Maya Shulman and Alex Rubin met in 1992, when she was a Ukrainian exchange student with “a devil in her head” about becoming a chef instead of a medical worker, and he was the coddled son of Russian immigrants wanting to toe the water of a less predictable life.
Twenty years later, Maya Rubin is a medical worker in suburban New Jersey, and Alex is his father’s second in the family business. The great dislocation of their lives is their eight-year-old son, Max—adopted from two teenagers in Montana despite Alex’s view that “adopted children are second-class.”
At once a salvation and a mystery to his parents—with whom Max’s biological mother left the child, with the cryptic exhortation “don’t let my baby do rodeo”—Max suddenly turns feral, consorting with wild animals, eating grass, and running away to sit facedown in a river.
Searching for answers, Maya convinces Alex to embark on a cross-country trip to Montana to track down Max’s birth parents—the first drive west of New Jersey of their American lives. But it’s Maya who’s illuminated by the journey, her own erstwhile wildness summoned for a reckoning by the unsparing landscape, with seismic consequences for herself and her family.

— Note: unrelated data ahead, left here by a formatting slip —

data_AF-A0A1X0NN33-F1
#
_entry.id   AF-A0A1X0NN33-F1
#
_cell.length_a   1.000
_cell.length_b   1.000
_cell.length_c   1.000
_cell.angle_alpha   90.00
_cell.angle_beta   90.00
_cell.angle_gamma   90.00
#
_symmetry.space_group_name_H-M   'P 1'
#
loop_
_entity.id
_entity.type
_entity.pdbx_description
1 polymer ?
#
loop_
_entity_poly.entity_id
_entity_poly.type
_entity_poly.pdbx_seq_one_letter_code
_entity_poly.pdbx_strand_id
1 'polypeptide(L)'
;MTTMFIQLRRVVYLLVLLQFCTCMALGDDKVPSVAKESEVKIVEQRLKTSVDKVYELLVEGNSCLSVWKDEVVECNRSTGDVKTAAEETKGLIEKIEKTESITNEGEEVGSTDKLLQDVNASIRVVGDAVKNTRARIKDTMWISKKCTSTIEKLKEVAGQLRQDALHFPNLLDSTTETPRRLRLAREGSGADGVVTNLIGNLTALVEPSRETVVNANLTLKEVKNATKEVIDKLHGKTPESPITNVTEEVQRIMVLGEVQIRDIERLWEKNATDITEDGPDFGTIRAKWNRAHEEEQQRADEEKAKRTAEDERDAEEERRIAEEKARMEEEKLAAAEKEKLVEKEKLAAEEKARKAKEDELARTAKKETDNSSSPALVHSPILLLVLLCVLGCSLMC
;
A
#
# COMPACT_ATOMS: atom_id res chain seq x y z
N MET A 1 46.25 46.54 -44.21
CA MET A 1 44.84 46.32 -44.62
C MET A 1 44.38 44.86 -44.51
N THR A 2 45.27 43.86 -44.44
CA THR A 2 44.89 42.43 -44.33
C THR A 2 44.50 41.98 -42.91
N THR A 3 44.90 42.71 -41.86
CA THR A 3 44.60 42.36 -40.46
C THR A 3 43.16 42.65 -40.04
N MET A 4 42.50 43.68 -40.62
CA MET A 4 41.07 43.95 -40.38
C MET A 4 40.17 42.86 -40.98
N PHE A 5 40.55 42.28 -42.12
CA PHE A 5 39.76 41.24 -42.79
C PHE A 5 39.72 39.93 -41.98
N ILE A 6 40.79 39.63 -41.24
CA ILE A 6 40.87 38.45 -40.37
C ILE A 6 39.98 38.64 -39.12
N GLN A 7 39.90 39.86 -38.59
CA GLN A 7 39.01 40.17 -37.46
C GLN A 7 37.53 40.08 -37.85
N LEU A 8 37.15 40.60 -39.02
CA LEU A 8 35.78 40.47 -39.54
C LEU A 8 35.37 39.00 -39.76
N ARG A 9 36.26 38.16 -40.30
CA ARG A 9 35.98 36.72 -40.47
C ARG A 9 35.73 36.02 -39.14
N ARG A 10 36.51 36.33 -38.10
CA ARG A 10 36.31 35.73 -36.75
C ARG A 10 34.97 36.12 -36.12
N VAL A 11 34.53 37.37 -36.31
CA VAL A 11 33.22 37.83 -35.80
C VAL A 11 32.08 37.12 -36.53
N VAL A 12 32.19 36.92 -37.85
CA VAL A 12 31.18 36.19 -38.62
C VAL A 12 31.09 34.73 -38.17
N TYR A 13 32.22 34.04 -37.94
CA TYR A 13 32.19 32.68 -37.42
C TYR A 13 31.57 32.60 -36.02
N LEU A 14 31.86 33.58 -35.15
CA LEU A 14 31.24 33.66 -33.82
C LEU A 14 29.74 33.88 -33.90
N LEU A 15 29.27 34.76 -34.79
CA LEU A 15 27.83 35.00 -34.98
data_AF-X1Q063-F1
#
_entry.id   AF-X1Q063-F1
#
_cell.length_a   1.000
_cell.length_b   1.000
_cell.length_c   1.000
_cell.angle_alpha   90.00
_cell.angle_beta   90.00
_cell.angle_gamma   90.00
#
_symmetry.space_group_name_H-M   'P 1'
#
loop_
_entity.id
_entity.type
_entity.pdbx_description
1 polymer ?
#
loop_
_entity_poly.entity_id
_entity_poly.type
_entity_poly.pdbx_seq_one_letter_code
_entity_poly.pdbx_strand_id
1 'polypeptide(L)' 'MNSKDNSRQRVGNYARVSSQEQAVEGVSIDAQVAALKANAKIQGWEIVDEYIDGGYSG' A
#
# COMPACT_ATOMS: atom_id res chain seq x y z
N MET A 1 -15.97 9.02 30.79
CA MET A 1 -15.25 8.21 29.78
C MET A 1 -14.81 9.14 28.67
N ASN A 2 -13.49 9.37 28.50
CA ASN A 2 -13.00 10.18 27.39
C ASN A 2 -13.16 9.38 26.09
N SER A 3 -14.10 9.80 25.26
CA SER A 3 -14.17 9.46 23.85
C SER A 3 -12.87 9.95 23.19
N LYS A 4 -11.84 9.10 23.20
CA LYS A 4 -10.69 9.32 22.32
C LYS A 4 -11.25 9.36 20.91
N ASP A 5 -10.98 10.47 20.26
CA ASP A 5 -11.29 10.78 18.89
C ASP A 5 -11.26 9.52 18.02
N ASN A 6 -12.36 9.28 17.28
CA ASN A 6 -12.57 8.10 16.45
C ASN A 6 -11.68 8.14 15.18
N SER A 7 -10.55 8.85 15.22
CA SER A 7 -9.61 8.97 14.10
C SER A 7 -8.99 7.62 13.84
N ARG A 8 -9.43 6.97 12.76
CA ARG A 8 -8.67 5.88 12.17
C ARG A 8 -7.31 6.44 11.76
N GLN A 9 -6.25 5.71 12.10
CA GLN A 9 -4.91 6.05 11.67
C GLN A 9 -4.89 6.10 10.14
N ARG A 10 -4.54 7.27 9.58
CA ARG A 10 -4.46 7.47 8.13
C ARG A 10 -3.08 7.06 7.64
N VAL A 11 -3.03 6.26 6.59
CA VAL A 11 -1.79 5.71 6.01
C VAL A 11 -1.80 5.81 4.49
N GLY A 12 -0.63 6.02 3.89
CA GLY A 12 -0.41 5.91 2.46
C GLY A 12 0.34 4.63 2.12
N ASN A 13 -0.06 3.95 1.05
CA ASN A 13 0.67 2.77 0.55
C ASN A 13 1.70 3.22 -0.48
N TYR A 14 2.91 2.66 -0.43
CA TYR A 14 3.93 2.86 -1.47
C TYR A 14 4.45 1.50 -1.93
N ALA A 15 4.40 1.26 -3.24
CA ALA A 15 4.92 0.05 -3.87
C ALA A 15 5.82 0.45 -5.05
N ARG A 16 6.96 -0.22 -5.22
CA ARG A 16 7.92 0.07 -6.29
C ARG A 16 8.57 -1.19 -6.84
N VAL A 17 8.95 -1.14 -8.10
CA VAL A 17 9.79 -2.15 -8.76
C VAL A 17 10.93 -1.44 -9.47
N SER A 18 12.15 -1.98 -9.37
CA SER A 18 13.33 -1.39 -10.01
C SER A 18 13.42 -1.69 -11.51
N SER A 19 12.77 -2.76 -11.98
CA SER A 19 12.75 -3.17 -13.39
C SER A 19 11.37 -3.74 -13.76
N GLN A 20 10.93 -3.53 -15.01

Don’t Let My Baby Do Rodeo is a novel about the mystery of inheritance and what exactly it means to belong.
Praise for A Replacement Life
“Boris Fishman’s first novel, A Replacement Life, is bold, ambitious, and wickedly smart. . . . The only problem with this novel is that its covers are too close together. . . . Undoubtedly, comparisons will be made—to Bellow and the Roths (Henry and Philip), as well as to . . . Bernard Malamud.” —Patricia T. O’Conner, New York Times Book Review
“Fishman, like his protagonist, is a born storyteller with a tremendous gift for language on all brow levels, making for a captivating and rare first novel that is tender, learned, funny, and deeply soulful—frequently all at the same time.”—San Francisco Chronicle
“Fishman’s firm yet light authorial hand, his gift for character and plot development, and his searing use of the English language belie his youth and his novice-novelist status. His witty dialogue and wry, believable descriptions leaven the dark, dense bread of the tale.”—Chicago Tribune
“An ingenious debut. . . . The novel is often very funny, but its most rewarding moments come as Slava, listening to the war stories of . . . elderly strangers, finds himself drawing closer to the grandmother whose secrets once seemed lost to him.”—New Yorker“Powerful yet tender . . . real and vibrant. . . . Fishman never loses the reader’s trust. No line in this book rings false, no character is unheard, no event seems like a plot device.”—Newsweek